November 29, 2021 at 8:20 p.m.

Generational traditions, changes

Orth relies on family traditions, values
The Orth family – (front) Jaylee; (back, from left) Derek, Charisse, Callum, Randy and Laura – stand in their yard Nov. 15 near Lancaster, Wisconsin. The family milks 250 Jerseys. PHOTO BY ABBY WIEDMEYER
The Orth family – (front) Jaylee; (back, from left) Derek, Charisse, Callum, Randy and Laura – stand in their yard Nov. 15 near Lancaster, Wisconsin. The family milks 250 Jerseys. PHOTO BY ABBY WIEDMEYER

By Abby [email protected] | Comments: 0 | Leave a comment

LANCASTER, Wis.- Farming with a trail of children behind her is nOrthing new to Laura Orth.
“I am a farm wife and a mom and a grandma first,” Orth said.
Orth runs a 250-cow dairy, Orthridge Jerseys, with her husband, Randy, and their son, Derek, near Lancaster. Derek’s wife, Charisse, is the county’s 4-H program coordinator. Together with a couple employees, the Orths milk twice a day in a double-12 swing parlor. Orth manages the calves with the help of her daughter, Julie Inghram; the grandchildren help too.
Orth and her husband moved to the farm March 1, 1993, and Derek joined the operation in 2005.
The family has seen a lot of changes in the last 29 years, and Orth believes the reason they have lasted this long is because of the strong family values she keeps alive.
“The grandkids are always with us, just like our kids were always with us when they were young,” Orth said.
When the grandchildren are not helping outside, they are in the house baking and cooking with their grandmOrther.
“When I was graduating high school, I wanted to be a home economist but they told me I was too smart,” Orth said. “It was around the time they were (encouraging girls to learn more) in math and science.”
At the time, Orth took the encouragement of her school advisors and went on to study to be a medical technologist. Even still, the passion for cooking never left her mind.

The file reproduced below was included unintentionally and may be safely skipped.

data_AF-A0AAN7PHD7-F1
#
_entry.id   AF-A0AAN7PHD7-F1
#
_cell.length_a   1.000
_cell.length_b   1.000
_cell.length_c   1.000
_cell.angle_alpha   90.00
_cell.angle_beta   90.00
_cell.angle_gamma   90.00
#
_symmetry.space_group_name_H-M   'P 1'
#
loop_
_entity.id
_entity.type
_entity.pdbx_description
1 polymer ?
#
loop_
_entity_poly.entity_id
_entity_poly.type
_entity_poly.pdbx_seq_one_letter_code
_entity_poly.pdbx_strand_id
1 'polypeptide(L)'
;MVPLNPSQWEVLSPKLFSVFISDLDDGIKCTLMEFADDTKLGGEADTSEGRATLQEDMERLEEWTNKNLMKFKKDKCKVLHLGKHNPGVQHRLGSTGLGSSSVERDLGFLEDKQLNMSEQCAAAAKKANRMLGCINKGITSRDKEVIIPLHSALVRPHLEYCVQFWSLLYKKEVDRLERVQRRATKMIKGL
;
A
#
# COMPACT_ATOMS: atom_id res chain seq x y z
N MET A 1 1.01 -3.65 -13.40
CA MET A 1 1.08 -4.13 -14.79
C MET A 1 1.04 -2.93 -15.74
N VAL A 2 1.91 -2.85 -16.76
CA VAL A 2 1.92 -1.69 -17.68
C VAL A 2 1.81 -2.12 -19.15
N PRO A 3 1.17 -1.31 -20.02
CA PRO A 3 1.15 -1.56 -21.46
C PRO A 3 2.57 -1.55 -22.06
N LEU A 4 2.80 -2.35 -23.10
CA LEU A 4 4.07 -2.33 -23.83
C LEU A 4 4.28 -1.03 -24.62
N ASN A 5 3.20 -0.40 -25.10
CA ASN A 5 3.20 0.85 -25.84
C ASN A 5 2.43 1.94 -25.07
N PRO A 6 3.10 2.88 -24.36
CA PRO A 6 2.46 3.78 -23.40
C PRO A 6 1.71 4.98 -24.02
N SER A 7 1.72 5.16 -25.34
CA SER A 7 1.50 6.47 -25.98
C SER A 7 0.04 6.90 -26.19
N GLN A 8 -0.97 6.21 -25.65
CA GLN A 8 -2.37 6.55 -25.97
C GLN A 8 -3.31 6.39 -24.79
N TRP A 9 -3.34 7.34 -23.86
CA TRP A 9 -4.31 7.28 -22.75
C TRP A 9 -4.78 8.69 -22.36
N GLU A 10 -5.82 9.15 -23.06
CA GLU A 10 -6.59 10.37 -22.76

“I so wish I would have thought about the food science. How you can take the flour and the moisture and the baking powder and it becomes this little cookie,” Orth said. “I love the science behind it.”
When Orth’s grandchildren visit, she makes sure to share with them values she learned growing up and instilled in her children.
“When Derek’s kids are here it’s so different than a traditional daycare because they help me to wash clOrthes, make food and they learn to be a family,” Orth said.
Orth’s family values stem from growing up on her family’s farm. She and Randy bOrth grew up on dairy farms. They married in 1983 and rented a farm near bOrth of their parents.
“We started out with 13 cows, milking in buckets, and I was working at the hospital,” Orth said.
The couple moved several times and had a baby each time they moved. They ended up with four children.
“Everybody was renting back then,” Orth said. “There were a lot of farms that were pretty much known as rental farms.”
The Orths settled in the area for many reasons, with the local industry being a big selling point.
“We moved here because of the dairy infrastructure and the availability of the large animal veterinarians, the feed salesmen and the feed,” Orth said. “It was just so much more dairy, and now we are almost one of the last dairy farms in Grant County.”    
In the family’s early years, they were ahead of their time in terms of diversification. In addition to working off the farm, Laura ran a direct marketing business. The family raised and butchered 1,000 chickens every year and sold them out of their garage.
“We always had a little something extra going on,” Orth said.
The farm grew naturally as their children became older. Between 2005 and 2008, the herd grew internally from 60 cows to 120 cows. In 2004, Derek went to college for a year.
“That was a hard year for us,” Orth said. “It was only a year, but it was tough.”
When Derek came back from college in 2005, he officially joined the dairy. The family built a freestall barn and parlor, and in 2008, expanded their herd to 250 cows. Randy and Derek take turns mixing feed on the weekends and have hired help do 90% of the milking.
The family saw changes that turned out to be beneficial during the pandemic. They were milking three times a day until the colleges shut down and two of their employees who attended local colleges moved back home. Instead of trying to fill the labor gap, the Orths cut back to two milkings a day.
There was also talk of having to dump milk, so they thought the twice-a-day milking would curb production in case it happened. However, in a few weeks until the cows were back up to their previous production average. The family also found their somatic cell count was cut in half.
Orth said that with all the stress of the pandemic and everyone working all the time, she encourages people to remember the old values and the importance of cooking and sharing a meal.
“I think part of the coolness of farming is how immersed in it we are,” Orth said. “Yes, we are feeding the world, but it starts at home.”


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